The China-Australia Free Trade Agreement and Australian business - with Tamara Oyarce

Guest: Tamara Oyarce, PhD Candidate and Sessional Lecturer, University of Sydney Business School

Host: Simone van Nieuwenhuizen, Project and Research Officer, Australia-China Relations Institute, University of Technology Sydney

December 2018 marks three years since the China-Australia Free Trade Agreement (ChAFTA) entered into force. What is the significance of the agreement? What impact has ChAFTA had on Australian businesses? Has it aided their internationalisation and operation in the Chinese market?

Tamara Oyarce joins Simone van Nieuwenhuizen to discuss ChAFTA’s importance in the Australia-China economic relationship, some of the controversies surrounding its introduction, and what work should be done to improve it in future.

Free trade agreements (FTAs) establish preferential frameworks and conditions for their signatories through reductions or elimination of tariffs, duties and transaction costs, as well as provisions to facilitate services, direct investment and other layers of market access. ChAFTA is the most comprehensive FTA that China has negotiated with any of its trading partners. It is a ‘living agreement’ with built-in provisions for development and improvement.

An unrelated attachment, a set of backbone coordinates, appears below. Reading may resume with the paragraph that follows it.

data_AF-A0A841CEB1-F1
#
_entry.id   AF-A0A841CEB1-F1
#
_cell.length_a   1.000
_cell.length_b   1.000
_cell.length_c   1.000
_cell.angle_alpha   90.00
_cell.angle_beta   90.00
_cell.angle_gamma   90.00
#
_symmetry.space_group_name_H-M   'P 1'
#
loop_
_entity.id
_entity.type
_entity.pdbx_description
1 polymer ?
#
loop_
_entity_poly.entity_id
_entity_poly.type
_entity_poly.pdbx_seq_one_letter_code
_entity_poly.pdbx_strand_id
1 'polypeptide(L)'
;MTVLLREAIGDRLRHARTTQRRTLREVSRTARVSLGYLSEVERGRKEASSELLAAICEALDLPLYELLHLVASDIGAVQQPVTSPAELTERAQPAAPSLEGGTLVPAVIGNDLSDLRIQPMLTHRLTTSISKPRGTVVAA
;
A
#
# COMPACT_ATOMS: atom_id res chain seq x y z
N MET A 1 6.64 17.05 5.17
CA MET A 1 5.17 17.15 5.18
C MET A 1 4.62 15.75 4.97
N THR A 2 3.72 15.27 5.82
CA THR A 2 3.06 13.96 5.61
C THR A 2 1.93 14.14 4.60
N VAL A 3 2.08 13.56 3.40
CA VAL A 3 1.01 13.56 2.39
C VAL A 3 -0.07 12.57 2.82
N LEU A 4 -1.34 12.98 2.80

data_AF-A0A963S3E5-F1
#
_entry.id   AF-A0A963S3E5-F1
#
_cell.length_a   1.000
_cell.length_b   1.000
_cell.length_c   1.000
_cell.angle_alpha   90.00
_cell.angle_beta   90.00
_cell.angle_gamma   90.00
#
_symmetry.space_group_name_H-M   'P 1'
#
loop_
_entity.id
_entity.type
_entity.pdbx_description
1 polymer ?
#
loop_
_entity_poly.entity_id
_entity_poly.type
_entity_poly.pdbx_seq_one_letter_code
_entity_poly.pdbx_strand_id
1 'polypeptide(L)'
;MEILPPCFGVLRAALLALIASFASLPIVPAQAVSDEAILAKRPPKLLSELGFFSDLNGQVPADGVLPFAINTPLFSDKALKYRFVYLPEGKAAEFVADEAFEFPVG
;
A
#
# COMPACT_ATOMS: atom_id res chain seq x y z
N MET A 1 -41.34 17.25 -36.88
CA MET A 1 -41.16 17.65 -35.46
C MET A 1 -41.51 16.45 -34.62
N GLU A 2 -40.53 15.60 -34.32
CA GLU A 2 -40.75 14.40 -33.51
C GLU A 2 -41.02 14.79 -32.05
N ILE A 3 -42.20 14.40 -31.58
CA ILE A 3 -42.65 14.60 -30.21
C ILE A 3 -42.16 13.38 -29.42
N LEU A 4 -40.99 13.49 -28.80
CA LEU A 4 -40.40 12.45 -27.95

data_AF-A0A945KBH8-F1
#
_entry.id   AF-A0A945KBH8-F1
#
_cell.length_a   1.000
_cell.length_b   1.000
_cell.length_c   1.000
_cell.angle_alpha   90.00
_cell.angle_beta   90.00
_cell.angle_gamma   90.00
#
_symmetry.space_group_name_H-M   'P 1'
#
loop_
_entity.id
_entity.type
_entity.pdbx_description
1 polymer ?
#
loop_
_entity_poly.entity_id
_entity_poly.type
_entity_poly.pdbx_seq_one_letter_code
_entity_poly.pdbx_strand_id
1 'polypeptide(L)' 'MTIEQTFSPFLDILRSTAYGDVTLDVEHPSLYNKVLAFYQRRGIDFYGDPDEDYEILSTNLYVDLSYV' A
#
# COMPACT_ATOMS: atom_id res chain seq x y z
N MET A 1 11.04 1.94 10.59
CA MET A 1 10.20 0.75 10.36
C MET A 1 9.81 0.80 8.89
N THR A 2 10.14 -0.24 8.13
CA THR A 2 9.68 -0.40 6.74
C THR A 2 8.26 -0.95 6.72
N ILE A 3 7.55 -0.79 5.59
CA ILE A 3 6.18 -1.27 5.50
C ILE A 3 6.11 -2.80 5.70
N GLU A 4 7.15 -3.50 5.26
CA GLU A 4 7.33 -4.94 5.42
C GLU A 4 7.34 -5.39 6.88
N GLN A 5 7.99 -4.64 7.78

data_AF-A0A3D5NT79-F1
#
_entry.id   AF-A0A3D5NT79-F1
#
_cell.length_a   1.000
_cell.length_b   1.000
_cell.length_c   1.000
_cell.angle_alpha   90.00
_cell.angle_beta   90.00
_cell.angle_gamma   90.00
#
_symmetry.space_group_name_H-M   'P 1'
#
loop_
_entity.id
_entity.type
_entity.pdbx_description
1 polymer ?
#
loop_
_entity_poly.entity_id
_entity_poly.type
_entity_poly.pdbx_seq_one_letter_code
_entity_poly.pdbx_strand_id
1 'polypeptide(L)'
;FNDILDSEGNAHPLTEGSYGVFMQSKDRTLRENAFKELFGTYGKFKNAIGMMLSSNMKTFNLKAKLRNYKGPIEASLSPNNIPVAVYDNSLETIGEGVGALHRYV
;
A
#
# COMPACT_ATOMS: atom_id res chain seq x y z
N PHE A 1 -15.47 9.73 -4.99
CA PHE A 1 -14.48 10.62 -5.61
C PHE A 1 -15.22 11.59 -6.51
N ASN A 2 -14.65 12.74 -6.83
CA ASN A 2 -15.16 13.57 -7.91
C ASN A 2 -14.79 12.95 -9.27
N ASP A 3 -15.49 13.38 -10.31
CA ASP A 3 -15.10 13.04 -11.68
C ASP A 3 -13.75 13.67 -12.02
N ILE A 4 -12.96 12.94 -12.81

Australia also has FTAs with two other major Asian economies, Japan and South Korea. What makes ChAFTA unique is its comprehensiveness and pragmatism: it liberalises trade, investment and services between Australia and China, and includes other elements such as two memoranda of understanding and a side letter on cooperation on Traditional Chinese Medicine. ChAFTA also grants most favoured nation status to Australia. This means that if in future more favourable conditions are provided to other economic partners of China, these will be matched for Australia. The agreement is also innovative in its institutional provisions for dispute settlement.

When ChAFTA was introduced, it was met with some controversy. Some claimed that it would enable a large number of jobs to be offered to Chinese nationals over Australians, and that it would threaten Australian sovereignty. When ChAFTA came into force, concerns regarding labour imports were resolved via an exchange of letters imposing stricter requirements, particularly for state-owned enterprises. ChAFTA clearly establishes the provisions for labour movement and migration, and in fact the number of PRC nationals entering Australia on temporary work visas has not increased.

Challenges to business utilisation of ChAFTA include the transaction costs associated with leveraging tariff reductions. Businesses need to implement new administrative procedures in order to take advantage of the benefits of FTAs, such as obtaining particular certifications. Without specialised knowledge, it can be difficult to complete these tasks efficiently. Furthermore, Australia is signatory to 10 free trade agreements, and it can be hard to navigate this environment. Products and services might also need to be tailored or adapted for the Chinese market, which can incur high costs.

In future, further negotiations on the reduction of non-tariff barriers are expected. More research and enhanced understanding of ChAFTA is required to capture the reality for Australian industry, and in order to provide practical advice and support for Australian business.

Theme music by Sam J Mitchell.

December 13 2018